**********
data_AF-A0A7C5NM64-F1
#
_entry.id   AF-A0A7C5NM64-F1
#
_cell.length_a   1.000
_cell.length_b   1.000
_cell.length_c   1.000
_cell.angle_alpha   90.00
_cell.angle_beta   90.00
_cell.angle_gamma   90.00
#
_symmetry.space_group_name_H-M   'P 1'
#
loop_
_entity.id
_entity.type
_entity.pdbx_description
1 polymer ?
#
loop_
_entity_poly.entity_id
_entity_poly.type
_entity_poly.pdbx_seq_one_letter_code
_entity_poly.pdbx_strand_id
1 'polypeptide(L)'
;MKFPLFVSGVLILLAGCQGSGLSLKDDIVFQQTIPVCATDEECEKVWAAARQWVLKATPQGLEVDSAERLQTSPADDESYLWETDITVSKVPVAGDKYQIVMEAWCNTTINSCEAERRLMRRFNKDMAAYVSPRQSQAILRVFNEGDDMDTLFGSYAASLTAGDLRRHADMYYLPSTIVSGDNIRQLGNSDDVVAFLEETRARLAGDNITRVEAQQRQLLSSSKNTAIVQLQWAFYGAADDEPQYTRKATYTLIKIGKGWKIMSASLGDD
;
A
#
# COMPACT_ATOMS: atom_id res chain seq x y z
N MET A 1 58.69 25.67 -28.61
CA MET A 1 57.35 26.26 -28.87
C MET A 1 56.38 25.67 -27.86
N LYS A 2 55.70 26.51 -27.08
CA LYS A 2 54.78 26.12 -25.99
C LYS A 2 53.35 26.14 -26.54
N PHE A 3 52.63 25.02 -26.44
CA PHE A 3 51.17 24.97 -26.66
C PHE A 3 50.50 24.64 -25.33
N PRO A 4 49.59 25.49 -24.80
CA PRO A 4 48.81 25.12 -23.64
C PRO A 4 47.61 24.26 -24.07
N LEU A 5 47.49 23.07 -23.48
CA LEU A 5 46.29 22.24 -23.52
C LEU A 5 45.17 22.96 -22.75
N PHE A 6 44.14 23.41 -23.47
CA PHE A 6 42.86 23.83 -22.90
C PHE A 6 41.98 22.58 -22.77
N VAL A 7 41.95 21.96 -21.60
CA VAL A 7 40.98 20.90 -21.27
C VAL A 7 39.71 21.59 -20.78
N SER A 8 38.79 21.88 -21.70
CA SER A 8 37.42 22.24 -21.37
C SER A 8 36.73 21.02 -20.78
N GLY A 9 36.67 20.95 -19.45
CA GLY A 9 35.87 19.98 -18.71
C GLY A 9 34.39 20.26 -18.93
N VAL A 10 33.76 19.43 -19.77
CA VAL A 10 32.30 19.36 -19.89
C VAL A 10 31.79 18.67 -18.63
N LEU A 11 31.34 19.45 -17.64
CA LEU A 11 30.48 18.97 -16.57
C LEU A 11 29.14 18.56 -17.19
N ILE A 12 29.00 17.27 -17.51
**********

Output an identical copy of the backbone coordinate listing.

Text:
data_AF-A0A7C5NM64-F1
#
_entry.id   AF-A0A7C5NM64-F1
#
_cell.length_a   1.000
_cell.length_b   1.000
_cell.length_c   1.000
_cell.angle_alpha   90.00
_cell.angle_beta   90.00
_cell.angle_gamma   90.00
#
_symmetry.space_group_name_H-M   'P 1'
#
loop_
_entity.id
_entity.type
_entity.pdbx_description
1 polymer ?
#
loop_
_entity_poly.entity_id
_entity_poly.type
_entity_poly.pdbx_seq_one_letter_code
_entity_poly.pdbx_strand_id
1 'polypeptide(L)'
;MKFPLFVSGVLILLAGCQGSGLSLKDDIVFQQTIPVCATDEECEKVWAAARQWVLKATPQGLEVDSAERLQTSPADDESYLWETDITVSKVPVAGDKYQIVMEAWCNTTINSCEAERRLMRRFNKDMAAYVSPRQSQAILRVFNEGDDMDTLFGSYAASLTAGDLRRHADMYYLPSTIVSGDNIRQLGNSDDVVAFLEETRARLAGDNITRVEAQQRQLLSSSKNTAIVQLQWAFYGAADDEPQYTRKATYTLIKIGKGWKIMSASLGDD
;
A
#
# COMPACT_ATOMS: atom_id res chain seq x y z
N MET A 1 58.69 25.67 -28.61
CA MET A 1 57.35 26.26 -28.87
C MET A 1 56.38 25.67 -27.86
N LYS A 2 55.70 26.51 -27.08
CA LYS A 2 54.78 26.12 -25.99
C LYS A 2 53.35 26.14 -26.54
N PHE A 3 52.63 25.02 -26.44
CA PHE A 3 51.17 24.97 -26.66
C PHE A 3 50.50 24.64 -25.33
N PRO A 4 49.59 25.49 -24.80
CA PRO A 4 48.81 25.12 -23.64
C PRO A 4 47.61 24.26 -24.07
N LEU A 5 47.49 23.07 -23.48
CA LEU A 5 46.29 22.24 -23.52
C LEU A 5 45.17 22.96 -22.75
N PHE A 6 44.14 23.41 -23.47
CA PHE A 6 42.86 23.83 -22.90
C PHE A 6 41.98 22.58 -22.77
N VAL A 7 41.95 21.96 -21.60
CA VAL A 7 40.98 20.90 -21.27
C VAL A 7 39.71 21.59 -20.78
N SER A 8 38.79 21.88 -21.70
CA SER A 8 37.42 22.24 -21.37
C SER A 8 36.73 21.02 -20.78
N GLY A 9 36.67 20.95 -19.45
CA GLY A 9 35.87 19.98 -18.71
C GLY A 9 34.39 20.26 -18.93
N VAL A 10 33.76 19.43 -19.77
CA VAL A 10 32.30 19.36 -19.89
C VAL A 10 31.79 18.67 -18.63
N LEU A 11 31.34 19.45 -17.64
CA LEU A 11 30.48 18.97 -16.57
C LEU A 11 29.14 18.56 -17.19
N ILE A 12 29.00 17.27 -17.51